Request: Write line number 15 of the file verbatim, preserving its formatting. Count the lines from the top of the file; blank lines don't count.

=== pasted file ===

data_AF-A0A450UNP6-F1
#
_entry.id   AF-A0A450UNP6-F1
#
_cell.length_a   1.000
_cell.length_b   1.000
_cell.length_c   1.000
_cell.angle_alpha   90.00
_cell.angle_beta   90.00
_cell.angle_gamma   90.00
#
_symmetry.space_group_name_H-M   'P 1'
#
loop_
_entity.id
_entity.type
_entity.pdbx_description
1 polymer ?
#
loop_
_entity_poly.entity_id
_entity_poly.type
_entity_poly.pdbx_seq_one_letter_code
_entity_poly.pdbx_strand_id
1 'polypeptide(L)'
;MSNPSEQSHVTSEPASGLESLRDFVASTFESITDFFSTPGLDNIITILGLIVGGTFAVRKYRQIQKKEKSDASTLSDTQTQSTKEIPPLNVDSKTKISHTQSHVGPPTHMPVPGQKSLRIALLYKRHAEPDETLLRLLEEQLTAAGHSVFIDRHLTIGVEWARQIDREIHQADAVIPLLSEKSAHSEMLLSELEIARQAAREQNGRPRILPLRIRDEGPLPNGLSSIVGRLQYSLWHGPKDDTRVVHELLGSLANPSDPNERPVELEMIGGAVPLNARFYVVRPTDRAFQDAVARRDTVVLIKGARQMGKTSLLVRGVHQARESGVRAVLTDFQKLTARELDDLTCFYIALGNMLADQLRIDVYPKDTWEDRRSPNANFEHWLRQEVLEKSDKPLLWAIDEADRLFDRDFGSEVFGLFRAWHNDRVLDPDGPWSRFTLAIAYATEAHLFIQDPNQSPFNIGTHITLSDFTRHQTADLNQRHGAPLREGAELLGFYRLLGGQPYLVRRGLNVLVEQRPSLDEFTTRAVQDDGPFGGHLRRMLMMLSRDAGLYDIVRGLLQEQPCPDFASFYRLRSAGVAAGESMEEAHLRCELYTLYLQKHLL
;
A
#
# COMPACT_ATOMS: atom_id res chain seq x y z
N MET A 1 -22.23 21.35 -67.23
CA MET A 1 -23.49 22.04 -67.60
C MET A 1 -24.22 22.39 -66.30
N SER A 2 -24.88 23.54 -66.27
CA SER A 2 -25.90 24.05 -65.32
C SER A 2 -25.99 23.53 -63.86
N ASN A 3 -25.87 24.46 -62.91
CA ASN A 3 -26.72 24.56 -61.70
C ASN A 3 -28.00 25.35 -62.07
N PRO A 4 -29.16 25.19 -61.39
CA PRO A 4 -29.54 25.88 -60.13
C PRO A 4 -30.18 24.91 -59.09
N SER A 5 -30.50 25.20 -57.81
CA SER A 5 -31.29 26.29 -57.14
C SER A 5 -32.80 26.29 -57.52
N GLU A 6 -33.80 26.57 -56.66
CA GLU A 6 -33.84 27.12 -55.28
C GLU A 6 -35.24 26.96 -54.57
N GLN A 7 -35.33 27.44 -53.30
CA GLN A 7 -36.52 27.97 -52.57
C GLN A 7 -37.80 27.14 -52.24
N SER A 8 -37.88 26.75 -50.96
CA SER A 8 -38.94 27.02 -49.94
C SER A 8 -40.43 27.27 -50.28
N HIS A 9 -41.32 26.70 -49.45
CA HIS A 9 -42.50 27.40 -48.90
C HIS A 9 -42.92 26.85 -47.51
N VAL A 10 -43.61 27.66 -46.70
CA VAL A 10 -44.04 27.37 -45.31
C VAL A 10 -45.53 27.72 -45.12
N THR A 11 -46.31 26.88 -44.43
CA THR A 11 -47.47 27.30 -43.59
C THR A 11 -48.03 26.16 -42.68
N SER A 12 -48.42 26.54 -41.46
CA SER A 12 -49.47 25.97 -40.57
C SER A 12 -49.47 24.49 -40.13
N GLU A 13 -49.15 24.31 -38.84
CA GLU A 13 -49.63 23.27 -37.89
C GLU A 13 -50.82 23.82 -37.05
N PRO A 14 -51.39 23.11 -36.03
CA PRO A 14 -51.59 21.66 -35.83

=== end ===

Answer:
_entity.id